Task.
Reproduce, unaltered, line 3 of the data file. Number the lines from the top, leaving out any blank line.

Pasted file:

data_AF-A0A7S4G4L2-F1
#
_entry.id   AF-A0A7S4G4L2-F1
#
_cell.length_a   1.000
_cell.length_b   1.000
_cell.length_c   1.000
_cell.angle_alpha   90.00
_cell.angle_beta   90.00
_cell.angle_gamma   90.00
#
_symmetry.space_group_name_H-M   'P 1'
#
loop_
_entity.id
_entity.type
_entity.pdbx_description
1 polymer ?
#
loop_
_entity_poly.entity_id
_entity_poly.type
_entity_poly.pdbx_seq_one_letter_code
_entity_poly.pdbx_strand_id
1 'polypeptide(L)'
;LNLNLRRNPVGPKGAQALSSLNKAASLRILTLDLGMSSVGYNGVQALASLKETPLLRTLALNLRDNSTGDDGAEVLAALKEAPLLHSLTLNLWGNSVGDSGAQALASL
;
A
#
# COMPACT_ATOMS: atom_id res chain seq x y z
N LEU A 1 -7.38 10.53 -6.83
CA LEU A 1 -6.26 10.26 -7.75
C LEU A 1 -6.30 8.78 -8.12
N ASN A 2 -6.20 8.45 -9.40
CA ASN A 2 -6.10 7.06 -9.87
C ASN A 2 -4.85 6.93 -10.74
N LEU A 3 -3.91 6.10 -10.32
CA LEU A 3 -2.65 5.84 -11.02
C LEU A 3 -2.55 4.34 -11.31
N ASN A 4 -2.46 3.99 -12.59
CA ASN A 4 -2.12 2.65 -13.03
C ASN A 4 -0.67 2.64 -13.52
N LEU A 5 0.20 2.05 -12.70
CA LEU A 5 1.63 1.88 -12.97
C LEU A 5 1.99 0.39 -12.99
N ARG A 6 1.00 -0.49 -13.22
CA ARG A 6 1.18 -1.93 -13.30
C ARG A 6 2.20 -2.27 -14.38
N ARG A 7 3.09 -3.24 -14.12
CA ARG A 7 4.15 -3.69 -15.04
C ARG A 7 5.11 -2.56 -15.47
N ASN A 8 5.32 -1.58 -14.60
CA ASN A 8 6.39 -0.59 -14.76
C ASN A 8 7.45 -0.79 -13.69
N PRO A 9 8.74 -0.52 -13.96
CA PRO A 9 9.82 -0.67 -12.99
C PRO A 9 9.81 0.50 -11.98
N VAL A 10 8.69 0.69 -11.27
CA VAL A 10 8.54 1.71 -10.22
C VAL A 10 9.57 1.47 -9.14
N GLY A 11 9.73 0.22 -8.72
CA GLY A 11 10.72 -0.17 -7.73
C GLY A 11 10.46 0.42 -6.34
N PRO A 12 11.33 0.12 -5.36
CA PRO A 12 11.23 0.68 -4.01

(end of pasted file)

_entry.id   AF-A0A7S4G4L2-F1